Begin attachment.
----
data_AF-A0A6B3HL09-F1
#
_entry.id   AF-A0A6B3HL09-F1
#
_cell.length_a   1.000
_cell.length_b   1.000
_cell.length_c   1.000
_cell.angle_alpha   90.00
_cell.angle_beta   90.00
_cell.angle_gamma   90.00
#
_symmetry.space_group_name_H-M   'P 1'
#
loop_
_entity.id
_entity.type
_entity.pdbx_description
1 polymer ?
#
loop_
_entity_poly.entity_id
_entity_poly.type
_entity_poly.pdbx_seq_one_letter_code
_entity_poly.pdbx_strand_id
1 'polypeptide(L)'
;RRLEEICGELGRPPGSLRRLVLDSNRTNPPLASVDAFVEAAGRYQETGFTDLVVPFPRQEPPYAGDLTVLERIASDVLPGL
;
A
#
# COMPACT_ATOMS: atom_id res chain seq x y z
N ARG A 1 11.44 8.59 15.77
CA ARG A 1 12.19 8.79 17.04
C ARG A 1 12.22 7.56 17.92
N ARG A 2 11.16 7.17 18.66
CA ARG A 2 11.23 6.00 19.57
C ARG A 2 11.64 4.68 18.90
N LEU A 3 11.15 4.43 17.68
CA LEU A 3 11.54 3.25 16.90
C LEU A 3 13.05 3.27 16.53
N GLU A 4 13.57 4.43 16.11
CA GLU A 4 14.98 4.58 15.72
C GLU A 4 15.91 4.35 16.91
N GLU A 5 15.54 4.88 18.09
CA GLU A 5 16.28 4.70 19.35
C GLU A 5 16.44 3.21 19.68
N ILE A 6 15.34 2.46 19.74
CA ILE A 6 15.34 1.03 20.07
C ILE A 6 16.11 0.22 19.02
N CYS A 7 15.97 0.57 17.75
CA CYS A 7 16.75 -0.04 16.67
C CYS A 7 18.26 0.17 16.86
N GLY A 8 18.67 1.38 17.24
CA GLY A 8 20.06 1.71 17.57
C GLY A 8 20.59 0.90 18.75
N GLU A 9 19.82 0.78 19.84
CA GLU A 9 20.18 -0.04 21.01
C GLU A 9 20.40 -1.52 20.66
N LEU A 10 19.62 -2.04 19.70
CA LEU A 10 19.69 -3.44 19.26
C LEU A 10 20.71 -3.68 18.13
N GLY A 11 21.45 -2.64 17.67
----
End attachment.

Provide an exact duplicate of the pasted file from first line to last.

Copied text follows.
data_AF-A0A6B3HL09-F1
#
_entry.id   AF-A0A6B3HL09-F1
#
_cell.length_a   1.000
_cell.length_b   1.000
_cell.length_c   1.000
_cell.angle_alpha   90.00
_cell.angle_beta   90.00
_cell.angle_gamma   90.00
#
_symmetry.space_group_name_H-M   'P 1'
#
loop_
_entity.id
_entity.type
_entity.pdbx_description
1 polymer ?
#
loop_
_entity_poly.entity_id
_entity_poly.type
_entity_poly.pdbx_seq_one_letter_code
_entity_poly.pdbx_strand_id
1 'polypeptide(L)'
;RRLEEICGELGRPPGSLRRLVLDSNRTNPPLASVDAFVEAAGRYQETGFTDLVVPFPRQEPPYAGDLTVLERIASDVLPGL
;
A
#
# COMPACT_ATOMS: atom_id res chain seq x y z
N ARG A 1 11.44 8.59 15.77
CA ARG A 1 12.19 8.79 17.04
C ARG A 1 12.22 7.56 17.92
N ARG A 2 11.16 7.17 18.66
CA ARG A 2 11.23 6.00 19.57
C ARG A 2 11.64 4.68 18.90
N LEU A 3 11.15 4.43 17.68
CA LEU A 3 11.54 3.25 16.90
C LEU A 3 13.05 3.27 16.53
N GLU A 4 13.57 4.43 16.11
CA GLU A 4 14.98 4.58 15.72
C GLU A 4 15.91 4.35 16.91
N GLU A 5 15.54 4.88 18.09
CA GLU A 5 16.28 4.70 19.35
C GLU A 5 16.44 3.21 19.68
N ILE A 6 15.34 2.46 19.74
CA ILE A 6 15.34 1.03 20.07
C ILE A 6 16.11 0.22 19.02
N CYS A 7 15.97 0.57 17.75
CA CYS A 7 16.75 -0.04 16.67
C CYS A 7 18.26 0.17 16.86
N GLY A 8 18.67 1.38 17.24
CA GLY A 8 20.06 1.71 17.57
C GLY A 8 20.59 0.90 18.75
N GLU A 9 19.82 0.78 19.84
CA GLU A 9 20.18 -0.04 21.01
C GLU A 9 20.40 -1.52 20.66
N LEU A 10 19.62 -2.04 19.70
CA LEU A 10 19.69 -3.44 19.26
C LEU A 10 20.71 -3.68 18.13
N GLY A 11 21.45 -2.64 17.67